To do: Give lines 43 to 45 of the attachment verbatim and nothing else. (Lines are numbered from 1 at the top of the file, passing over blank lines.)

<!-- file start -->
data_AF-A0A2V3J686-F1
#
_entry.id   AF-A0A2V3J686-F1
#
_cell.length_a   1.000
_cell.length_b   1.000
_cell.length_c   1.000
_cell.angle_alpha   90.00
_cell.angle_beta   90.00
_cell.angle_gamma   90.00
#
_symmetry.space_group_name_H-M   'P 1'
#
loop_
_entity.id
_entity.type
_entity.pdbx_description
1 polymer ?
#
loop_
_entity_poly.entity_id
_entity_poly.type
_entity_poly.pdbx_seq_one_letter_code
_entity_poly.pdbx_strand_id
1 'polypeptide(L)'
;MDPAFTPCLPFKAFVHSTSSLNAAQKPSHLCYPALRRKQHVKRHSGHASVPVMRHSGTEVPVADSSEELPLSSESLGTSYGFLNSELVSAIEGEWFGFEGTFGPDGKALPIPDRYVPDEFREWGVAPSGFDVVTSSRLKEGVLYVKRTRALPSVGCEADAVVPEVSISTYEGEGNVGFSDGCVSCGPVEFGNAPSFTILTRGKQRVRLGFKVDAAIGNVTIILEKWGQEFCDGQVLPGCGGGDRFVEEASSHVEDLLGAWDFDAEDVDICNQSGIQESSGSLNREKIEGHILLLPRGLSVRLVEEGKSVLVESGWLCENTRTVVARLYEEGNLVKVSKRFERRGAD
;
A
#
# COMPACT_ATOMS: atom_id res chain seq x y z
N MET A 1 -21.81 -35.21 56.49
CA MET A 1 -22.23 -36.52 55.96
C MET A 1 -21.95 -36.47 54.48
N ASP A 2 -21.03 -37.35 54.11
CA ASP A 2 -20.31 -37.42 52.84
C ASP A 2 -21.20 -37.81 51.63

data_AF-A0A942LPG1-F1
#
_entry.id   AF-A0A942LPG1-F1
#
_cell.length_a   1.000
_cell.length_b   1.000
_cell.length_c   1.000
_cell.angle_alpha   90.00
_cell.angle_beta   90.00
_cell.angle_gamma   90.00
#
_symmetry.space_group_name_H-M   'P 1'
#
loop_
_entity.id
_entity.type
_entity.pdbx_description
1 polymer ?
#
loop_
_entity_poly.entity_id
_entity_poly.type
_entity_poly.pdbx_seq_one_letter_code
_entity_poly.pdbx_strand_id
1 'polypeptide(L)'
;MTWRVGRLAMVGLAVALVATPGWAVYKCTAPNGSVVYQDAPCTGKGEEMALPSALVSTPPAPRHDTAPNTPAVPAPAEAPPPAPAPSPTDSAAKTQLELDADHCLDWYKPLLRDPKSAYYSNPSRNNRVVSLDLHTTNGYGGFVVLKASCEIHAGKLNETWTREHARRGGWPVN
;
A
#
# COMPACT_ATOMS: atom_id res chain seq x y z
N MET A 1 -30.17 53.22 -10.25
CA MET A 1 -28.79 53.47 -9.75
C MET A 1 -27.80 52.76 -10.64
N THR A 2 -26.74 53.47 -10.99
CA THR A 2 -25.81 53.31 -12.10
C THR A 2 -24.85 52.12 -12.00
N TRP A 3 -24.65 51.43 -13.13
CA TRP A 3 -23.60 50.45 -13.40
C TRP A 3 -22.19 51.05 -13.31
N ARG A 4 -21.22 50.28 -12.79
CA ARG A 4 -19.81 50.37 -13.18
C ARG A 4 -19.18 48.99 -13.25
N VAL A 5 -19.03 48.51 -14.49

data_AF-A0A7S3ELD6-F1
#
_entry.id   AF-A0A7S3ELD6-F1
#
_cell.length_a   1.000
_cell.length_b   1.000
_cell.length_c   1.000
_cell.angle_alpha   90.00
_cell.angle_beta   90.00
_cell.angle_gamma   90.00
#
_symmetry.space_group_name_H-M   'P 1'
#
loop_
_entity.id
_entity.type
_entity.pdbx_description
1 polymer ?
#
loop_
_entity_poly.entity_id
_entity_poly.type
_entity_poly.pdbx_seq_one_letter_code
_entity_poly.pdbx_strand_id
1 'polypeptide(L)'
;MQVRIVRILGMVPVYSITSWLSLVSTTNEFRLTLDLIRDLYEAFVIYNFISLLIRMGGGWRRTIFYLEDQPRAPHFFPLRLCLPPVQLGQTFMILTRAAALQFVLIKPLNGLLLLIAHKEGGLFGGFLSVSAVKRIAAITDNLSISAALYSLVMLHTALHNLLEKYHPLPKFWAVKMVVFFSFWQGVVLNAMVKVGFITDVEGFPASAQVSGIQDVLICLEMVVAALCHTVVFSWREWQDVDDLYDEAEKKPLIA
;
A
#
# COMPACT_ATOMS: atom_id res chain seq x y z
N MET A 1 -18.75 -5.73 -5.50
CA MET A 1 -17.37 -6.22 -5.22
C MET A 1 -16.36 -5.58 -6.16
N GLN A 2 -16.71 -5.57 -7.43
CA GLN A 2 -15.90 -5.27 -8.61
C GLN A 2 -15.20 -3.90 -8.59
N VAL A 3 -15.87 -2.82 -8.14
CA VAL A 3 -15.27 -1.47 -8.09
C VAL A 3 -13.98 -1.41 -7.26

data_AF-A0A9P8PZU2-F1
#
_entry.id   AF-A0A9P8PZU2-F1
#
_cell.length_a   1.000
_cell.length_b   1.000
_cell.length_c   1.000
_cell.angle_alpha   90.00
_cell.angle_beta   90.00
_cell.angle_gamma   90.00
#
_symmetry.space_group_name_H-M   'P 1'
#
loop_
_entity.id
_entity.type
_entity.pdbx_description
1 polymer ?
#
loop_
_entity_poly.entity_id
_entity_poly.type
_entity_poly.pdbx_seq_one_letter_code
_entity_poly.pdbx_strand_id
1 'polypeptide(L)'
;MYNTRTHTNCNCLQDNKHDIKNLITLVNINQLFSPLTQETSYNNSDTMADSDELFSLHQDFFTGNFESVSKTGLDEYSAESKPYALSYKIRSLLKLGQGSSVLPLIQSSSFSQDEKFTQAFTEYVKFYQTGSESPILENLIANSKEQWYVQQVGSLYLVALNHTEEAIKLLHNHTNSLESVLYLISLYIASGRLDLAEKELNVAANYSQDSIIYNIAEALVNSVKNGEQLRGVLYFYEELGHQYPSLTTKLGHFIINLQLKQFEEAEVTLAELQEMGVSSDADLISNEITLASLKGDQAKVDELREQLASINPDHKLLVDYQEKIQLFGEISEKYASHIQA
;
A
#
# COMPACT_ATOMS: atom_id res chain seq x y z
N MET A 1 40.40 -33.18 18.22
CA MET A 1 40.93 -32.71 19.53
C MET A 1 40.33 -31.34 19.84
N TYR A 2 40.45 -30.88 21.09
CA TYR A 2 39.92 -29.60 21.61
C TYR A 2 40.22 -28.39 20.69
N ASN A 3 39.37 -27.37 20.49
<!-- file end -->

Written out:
_cell.length_c   1.000
_cell.angle_alpha   90.00
_cell.angle_beta   90.00